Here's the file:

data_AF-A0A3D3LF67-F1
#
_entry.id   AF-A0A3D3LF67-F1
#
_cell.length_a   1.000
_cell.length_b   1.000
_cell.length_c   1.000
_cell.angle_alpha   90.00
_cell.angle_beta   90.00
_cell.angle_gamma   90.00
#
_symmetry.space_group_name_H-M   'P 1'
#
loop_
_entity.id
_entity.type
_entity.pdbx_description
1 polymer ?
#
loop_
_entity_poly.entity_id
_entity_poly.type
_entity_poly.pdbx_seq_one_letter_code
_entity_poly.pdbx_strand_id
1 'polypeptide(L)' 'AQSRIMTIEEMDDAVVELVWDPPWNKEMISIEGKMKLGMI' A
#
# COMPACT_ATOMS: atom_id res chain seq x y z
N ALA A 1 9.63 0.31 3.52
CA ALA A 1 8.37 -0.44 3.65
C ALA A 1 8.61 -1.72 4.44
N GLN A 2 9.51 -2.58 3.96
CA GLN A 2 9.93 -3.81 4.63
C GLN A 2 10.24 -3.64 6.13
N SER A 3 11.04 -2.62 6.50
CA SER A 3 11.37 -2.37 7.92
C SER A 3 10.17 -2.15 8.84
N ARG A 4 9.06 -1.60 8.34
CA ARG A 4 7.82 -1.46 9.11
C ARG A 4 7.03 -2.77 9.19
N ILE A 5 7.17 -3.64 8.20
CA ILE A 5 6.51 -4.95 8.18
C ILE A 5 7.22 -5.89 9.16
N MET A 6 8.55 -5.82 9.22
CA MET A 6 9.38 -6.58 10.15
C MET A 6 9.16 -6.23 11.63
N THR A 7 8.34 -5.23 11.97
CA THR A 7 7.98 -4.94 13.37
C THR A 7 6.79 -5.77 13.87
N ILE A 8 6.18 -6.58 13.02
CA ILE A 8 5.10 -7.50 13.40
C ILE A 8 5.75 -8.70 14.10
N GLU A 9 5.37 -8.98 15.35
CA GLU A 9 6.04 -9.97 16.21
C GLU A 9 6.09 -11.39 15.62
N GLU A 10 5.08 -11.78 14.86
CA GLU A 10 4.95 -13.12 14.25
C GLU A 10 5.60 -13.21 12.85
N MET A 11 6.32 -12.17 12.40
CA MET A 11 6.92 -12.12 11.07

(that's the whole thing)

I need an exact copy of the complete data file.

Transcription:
data_AF-A0A3D3LF67-F1
#
_entry.id   AF-A0A3D3LF67-F1
#
_cell.length_a   1.000
_cell.length_b   1.000
_cell.length_c   1.000
_cell.angle_alpha   90.00
_cell.angle_beta   90.00
_cell.angle_gamma   90.00
#
_symmetry.space_group_name_H-M   'P 1'
#
loop_
_entity.id
_entity.type
_entity.pdbx_description
1 polymer ?
#
loop_
_entity_poly.entity_id
_entity_poly.type
_entity_poly.pdbx_seq_one_letter_code
_entity_poly.pdbx_strand_id
1 'polypeptide(L)' 'AQSRIMTIEEMDDAVVELVWDPPWNKEMISIEGKMKLGMI' A
#
# COMPACT_ATOMS: atom_id res chain seq x y z
N ALA A 1 9.63 0.31 3.52
CA ALA A 1 8.37 -0.44 3.65
C ALA A 1 8.61 -1.72 4.44
N GLN A 2 9.51 -2.58 3.96
CA GLN A 2 9.93 -3.81 4.63
C GLN A 2 10.24 -3.64 6.13
N SER A 3 11.04 -2.62 6.50
CA SER A 3 11.37 -2.37 7.92
C SER A 3 10.17 -2.15 8.84
N ARG A 4 9.06 -1.60 8.34
CA ARG A 4 7.82 -1.46 9.11
C ARG A 4 7.03 -2.77 9.19
N ILE A 5 7.17 -3.64 8.20
CA ILE A 5 6.51 -4.95 8.18
C ILE A 5 7.22 -5.89 9.16
N MET A 6 8.55 -5.82 9.22
CA MET A 6 9.38 -6.58 10.15
C MET A 6 9.16 -6.23 11.63
N THR A 7 8.34 -5.23 11.97
CA THR A 7 7.98 -4.94 13.37
C THR A 7 6.79 -5.77 13.87
N ILE A 8 6.18 -6.58 13.02
CA ILE A 8 5.10 -7.50 13.40
C ILE A 8 5.75 -8.70 14.10
N GLU A 9 5.37 -8.98 15.35
CA GLU A 9 6.04 -9.97 16.21
C GLU A 9 6.09 -11.39 15.62
N GLU A 10 5.08 -11.78 14.86
CA GLU A 10 4.95 -13.12 14.25
C GLU A 10 5.60 -13.21 12.85
N MET A 11 6.32 -12.17 12.40
CA MET A 11 6.92 -12.12 11.07